Published on: July 17, 2020

It has been another super busy week and what better way to crown this than with an edition of News, Views and Truths?

This week’s blog is going to be a bit different.  Every single year, we receive our asset allocation guidance from Morningstar.  And at this time, we communicate this with our clients, advising them of our current thinking and the alterations we are looking to make to our portfolios; our clients’ portfolios, for the coming year.

Yes, we look to make changes once a year. Yes, we are a dying breed of long-term investors.  Yes, we have very little portfolio turnover.  Yes, we do all the spadework and analysis at the beginning and then leave the fund managers – the experts – to their job.  Novel idea huh?

So, I thought, as we will be writing to our clients soon regarding these changes, why not use this platform to let the world know our current thinking and what we are looking to do.  So, for the next three weeks, I will be outlining the three main themes that the Investment Committee of Three Counties and Greaves West and Ayre have agreed will be influencing our portfolios over the next 12 months as a minimum.

The question is, what are the themes?

Theme one and this week’s topic is inflation; the silent killer of portfolios.

Rising, and eventually, high inflation is a situation that many investors and indeed, Investment Managers, have not experienced in their investing career.  Combined with rising bond yields from the historically low Bank of England base that we are experiencing today, along with a degrading of corporate creditworthiness, this environment that we are moving into is viewed, in my eyes, as the most challenging since the 1930s.

In the near-term, core inflation dynamics across regions are likely to be determined by whether the Coronavirus is more of a demand or a supply shock. 

In the U.S. the expectation is that sectors such as hotels and airfares are to suffer in the short-term, mildly offset by the resilience of sectors such as healthcare. Overall, expect core inflation to moderate to around 0.8% by year-end before rising in 2021 through base effects.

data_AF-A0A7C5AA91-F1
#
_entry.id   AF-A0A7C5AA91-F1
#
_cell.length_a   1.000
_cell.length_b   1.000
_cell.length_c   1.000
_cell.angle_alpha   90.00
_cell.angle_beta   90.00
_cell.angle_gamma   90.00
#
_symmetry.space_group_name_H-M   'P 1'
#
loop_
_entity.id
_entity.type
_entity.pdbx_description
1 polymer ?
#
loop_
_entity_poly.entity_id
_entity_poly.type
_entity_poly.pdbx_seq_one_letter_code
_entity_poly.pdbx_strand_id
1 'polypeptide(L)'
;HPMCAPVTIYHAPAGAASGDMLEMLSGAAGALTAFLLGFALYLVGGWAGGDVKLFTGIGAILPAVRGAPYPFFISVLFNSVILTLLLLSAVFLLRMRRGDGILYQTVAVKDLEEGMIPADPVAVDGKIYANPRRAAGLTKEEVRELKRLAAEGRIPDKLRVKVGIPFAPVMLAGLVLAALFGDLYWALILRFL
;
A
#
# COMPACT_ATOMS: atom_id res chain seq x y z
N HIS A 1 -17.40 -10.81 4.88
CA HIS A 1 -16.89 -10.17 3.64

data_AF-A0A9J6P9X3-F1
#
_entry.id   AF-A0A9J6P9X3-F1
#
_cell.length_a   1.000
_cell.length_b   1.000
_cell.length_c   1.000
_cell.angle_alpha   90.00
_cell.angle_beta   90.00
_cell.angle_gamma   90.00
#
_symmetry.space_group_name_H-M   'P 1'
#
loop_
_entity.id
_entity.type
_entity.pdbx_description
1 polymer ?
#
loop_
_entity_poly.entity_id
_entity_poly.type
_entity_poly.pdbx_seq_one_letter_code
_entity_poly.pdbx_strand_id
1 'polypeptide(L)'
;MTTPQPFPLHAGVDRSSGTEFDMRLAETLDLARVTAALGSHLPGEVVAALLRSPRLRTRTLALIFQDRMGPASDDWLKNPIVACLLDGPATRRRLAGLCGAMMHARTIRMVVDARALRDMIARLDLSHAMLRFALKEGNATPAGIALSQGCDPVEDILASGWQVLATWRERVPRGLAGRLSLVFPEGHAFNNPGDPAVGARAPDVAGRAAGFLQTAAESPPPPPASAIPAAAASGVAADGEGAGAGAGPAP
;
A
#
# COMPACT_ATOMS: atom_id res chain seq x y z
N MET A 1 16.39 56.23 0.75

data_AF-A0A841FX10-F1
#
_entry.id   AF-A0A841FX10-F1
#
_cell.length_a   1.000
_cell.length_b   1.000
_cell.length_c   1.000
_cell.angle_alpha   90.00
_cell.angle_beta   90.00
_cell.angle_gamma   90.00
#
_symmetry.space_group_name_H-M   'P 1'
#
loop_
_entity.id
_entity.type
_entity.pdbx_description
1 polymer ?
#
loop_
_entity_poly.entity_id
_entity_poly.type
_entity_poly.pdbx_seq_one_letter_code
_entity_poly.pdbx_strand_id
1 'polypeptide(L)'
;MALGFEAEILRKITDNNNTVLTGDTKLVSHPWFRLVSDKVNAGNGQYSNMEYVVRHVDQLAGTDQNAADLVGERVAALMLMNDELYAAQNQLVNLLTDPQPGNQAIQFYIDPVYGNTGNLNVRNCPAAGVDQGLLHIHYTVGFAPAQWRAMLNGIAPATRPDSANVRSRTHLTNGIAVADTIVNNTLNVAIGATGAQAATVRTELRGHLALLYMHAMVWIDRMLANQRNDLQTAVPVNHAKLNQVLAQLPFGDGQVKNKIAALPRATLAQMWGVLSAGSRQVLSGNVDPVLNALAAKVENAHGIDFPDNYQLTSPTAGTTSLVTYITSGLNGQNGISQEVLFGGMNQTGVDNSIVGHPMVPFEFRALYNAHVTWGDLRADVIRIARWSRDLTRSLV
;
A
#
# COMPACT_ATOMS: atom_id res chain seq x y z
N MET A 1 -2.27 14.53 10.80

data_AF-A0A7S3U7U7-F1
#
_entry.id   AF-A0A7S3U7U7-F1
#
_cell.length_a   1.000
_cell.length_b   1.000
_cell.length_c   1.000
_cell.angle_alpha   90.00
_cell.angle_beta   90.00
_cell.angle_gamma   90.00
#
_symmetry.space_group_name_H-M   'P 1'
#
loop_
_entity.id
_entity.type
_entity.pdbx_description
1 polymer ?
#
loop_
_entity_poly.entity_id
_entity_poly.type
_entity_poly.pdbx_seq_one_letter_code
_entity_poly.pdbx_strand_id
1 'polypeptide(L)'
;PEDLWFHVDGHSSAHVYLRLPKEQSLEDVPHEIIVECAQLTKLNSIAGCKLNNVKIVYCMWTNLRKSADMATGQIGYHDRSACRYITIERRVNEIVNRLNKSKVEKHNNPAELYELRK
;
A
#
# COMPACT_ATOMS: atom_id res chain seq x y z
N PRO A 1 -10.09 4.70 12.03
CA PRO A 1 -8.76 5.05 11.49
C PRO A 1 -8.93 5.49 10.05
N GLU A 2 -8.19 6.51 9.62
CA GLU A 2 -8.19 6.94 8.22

In Europe the scenario could be similar; expect core inflation to fall to around 0.5% by the end of this year on depressing demand effects from the crisis and then to remain fairly flat through 2021. Near term volatility is likely to also be elevated given disruptions in data collection.  

In the U.K. the expectation is a similar situation to Europe where supply constraints on essential products are more than offset by the demand impact. The extent of the pound depreciation from here will also be a major swing factor in inflation and consequently, the expectation is for core inflation to be 1.3% by the year-end.

However, forces are likely to keep interest rates anchored while inflation risks are skewed to the upside.  An intensified savings glut post-recession and continued central bank accommodation should keep downward pressure on real rates over the horizon.  Looking past the near-term disinflationary forces at play, upside risks to inflation may emerge:

First off, we expect globalisation to be dialled back faster as firms try to reduce the complexity of their global supply chains, potentially increasing input costs that may be passed on to consumers.  The effects of globalisation on suppressing inflation were:

  • Cross-border immigration and the offshoring of production increased the global labour supply, putting downward pressure on workers’ wages, particularly among the lower-skilled
  • Enhanced competition in the manufacturing sector led to a decline in the cost of many consumer products.

Secondly, private and public sector debt levels will be significantly higher going forward. If governments continue to engage in expansionary policies, fiscal dominance of monetary policy may eventually fuel inflation.  While government attempts to keep household incomes stable with job retention schemes have the best of intentions, they will simply result in more money chasing after significantly fewer goods and services.  To put it bluntly, the government is handing out money when there is nowhere open to spend it.

So if that is our rationale, how are we looking to position for it?  Our clients will find out in the coming weeks as we write to them.  Our professional contacts, who we work closely with, are being advised as we speak through our usual catch up meetings.  For the rest of you, give me a call; I’m more than happy to discuss and as you probably know, or can at least surmise, I love a good chat.

See you all next week for theme number two…

This week’s podcast is available here.  If you click on one link this week, click on that one.  For those who have not experienced it, the podcast covers my usual market commentary, along with guest contributors who discuss other areas of finance and it would be fantastic if you could give it a listen.  Seriously, if you like this blog you will love the podcast.  It’s like comparing your birthday, which is great, to Christmas Day, which is the best.

My latest “When Andrew Met…” video is live here.  Easily the most-watched video of the series already, I talk to Matt Jarvis, manager of the Legal & General UK Property fund on why UK property funds are currently suspended from trading, how he is managing the fund within the lockdown environment and the post-COVID outlook for property.  A genuinely fascinating watch, Matt is regarded across the commercial property sector as a leading fund manager and his particular fund is our sole property exposure across all our investment portfolios.

And finally, our playlist! Have a great and safe weekend and I shall see you all next week…

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